Code Word: Confusing (Latin Citational Words Defined)

I advocate ditching medieval-style caps and gowns and returning to the toga virilis forthwith.

For hundreds of years, learned people of the Western world were usually taught Latin.  Contemporary scholars, however, are not often so (un?)lucky.  For readers and writers of footnotes and bibliographies, this can lead to no little confusion, especially if you’re a historian dealing with sources written in previous centuries.  Here’s a cheat sheet to help you out with a few commonly found but hard-to-translate terms.

et al.: This means et alia, or “and others” (CMoS, 16th ed., 10.43)  In footnotes, this is used in the place of the names of multiple authors.  List the first, then add et al.  In the bibliography, list everyone up to ten authors.  If the source has more than ten, list the first seven, then add et al. (14.76).  Note that “al.” is an abbreviation, so it requires that period.  “Et” is a whole word, so it does not.

ibid.: This is the abbreviation of ibidem, meaning “in the same place” (10.43).  It’s used when you’re too lazy to write out all the information you used in the previous footnote.  It replaces as much of the previous information as is identical, but for clarity’s sake shouldn’t be used if the previous footnote contains more than one source (14.29).

id.: Guess what?  Just to make things confusing, there’s another abbreviated Latin term, extremely similar to ibid., meaning a very similar thing, that you shouldn’t use!  The abbreviation of idem, “the same” (10.43), is “id.”  It replaces an author’s name in a successive footnote.  Unless you’re writing legal copy, avoid this . . . but now at least you know what it means (14.30)!

loc. cit.: This is an abbreviation of loco citato, “in the place cited” (14.43).  It’s used to replace a work’s title, but not its author, in a footnote (e.g., Rothschadl, loc. cit., 942).  Unlike ibid., it could refer to any old preceding footnote at all (not just the directly preceding footnote).  It’s out of date and confusing, and CMoS argues that it should be avoided (14.31).

op. cit.: This, clearly, is loc. cit’s cousin, and is the shortened form of opere citato, or “in the work cited” (14.43).  It’s used exactly like loc. cit., and it should be avoided for the same reasons.

And finally, a note applying to all of the above: Since these are words in English (though borrowed directly from Latin), no need to italicize any of them (7.52, 7.53).  When in doubt on this score, check Merriam-Webster’s.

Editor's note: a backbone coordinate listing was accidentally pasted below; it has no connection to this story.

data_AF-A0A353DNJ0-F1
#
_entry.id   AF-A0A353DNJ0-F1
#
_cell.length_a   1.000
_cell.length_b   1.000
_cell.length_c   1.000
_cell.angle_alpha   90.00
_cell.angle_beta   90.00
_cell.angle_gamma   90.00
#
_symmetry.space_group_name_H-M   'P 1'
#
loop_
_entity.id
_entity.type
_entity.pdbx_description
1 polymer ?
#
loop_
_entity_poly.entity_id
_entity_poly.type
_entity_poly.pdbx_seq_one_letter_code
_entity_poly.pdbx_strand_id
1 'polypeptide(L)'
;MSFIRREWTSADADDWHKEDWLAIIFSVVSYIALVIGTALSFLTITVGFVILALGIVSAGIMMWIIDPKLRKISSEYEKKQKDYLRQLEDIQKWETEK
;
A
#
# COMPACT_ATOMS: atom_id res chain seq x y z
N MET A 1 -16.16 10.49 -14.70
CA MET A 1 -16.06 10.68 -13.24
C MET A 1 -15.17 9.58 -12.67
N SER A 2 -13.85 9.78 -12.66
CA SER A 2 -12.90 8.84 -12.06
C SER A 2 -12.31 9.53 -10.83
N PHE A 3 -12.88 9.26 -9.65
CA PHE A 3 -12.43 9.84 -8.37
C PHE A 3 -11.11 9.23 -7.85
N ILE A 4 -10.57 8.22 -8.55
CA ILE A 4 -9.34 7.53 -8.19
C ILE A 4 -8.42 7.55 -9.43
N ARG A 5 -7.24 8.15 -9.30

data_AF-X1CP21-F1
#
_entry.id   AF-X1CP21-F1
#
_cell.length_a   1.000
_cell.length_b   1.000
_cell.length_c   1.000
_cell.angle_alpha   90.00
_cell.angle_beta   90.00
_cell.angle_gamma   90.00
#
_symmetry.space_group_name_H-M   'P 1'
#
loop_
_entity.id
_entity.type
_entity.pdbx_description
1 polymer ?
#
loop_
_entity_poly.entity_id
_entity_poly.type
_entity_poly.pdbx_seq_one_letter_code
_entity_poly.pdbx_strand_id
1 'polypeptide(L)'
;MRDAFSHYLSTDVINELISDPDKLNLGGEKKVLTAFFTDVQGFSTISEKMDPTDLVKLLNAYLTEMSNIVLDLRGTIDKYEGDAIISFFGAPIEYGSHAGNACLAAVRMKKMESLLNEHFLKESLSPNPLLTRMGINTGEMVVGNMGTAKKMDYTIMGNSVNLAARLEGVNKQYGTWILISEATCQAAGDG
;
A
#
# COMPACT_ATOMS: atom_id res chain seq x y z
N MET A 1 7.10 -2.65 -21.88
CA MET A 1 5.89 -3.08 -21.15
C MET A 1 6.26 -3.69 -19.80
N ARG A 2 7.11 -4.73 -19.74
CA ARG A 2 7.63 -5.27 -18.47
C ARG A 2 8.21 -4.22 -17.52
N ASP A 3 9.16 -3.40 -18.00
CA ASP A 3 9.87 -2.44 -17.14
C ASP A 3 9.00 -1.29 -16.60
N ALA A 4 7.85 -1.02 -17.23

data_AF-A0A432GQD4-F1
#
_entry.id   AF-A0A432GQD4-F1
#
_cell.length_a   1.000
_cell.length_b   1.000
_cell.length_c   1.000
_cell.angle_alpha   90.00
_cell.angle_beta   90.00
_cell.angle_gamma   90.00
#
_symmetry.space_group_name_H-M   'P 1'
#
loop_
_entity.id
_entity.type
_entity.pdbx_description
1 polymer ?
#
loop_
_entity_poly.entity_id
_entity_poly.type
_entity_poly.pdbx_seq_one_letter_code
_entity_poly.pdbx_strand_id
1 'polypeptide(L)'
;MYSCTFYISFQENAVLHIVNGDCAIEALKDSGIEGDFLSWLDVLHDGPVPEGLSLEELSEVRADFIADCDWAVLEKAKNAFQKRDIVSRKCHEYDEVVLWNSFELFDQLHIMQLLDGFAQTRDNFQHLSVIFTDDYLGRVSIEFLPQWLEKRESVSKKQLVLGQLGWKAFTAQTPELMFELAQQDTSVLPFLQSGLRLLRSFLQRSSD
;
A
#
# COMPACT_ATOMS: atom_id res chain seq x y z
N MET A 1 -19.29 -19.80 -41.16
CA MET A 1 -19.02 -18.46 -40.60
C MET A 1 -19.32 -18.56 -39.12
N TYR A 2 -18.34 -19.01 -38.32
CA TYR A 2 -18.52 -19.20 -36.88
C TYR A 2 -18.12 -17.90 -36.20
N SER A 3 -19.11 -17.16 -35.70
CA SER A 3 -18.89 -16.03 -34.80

How to Spell Your Degree (A Posting for the Rest of Us)

[Unidentified graduating cadet in military tro...

Ah, the time-honored tradition of preposterous haberdashery. (Photo credit: The Library of Congress)

I’ve already posted about how to properly capitalize and punctuate “PhD.”  But what about the rest of us folks who have gone to college but weren’t quite ready to spend another five to seven years doing homework?  What’s the proper way to discuss our comparatively humble college and graduate degrees?*

Don’t worry, folks, The Chicago Manual of Style (16th ed.) has the answers that you’ve spent four (and possibly another two) years burning for.

If you’ve finished graduate school with a terminal MA, you may be correctly said to have obtained a master’s degree (8.28).  The technical name of your degree is master of art (10.2), which is abbreviated MA, as per CMoS‘s rules regarding abbreviations ending in capital letters (10.4)

If you’ve finished college, you’d received a BA (bachelor of arts) or a BS (bachelor of science).  Note the correct spelling of “bachelor” here, because it’s a tricky one (10.20).  You can also say you have a bachelor’s degree.

Note: AM (artium magister, the Latin term for “master of arts”), SB (scientiae baccalaureus, or “bachelor of science”), and AB (artium baccalaureus, or “bachelor of arts”) are insufferably priggish but technically correct.  But then, if you’re the sort of person who wants a Latin-sounding degree, I suggest that you just go ahead and get a PhD (philosophiae doctor, “doctor of philosophy”) anyhow.

*Admittedly, in 2009 the US Census Bureau reported that only 28% of Americans had received at least a bachelor’s degree, so the whole power-to-the-people theme of this posting is pretty specious.  (Camille L. Ryan and Julie Siebens, Educational Attainment in the United States: 2009, Bureau of the Census (Washington, DC, 2012; obtainable online here).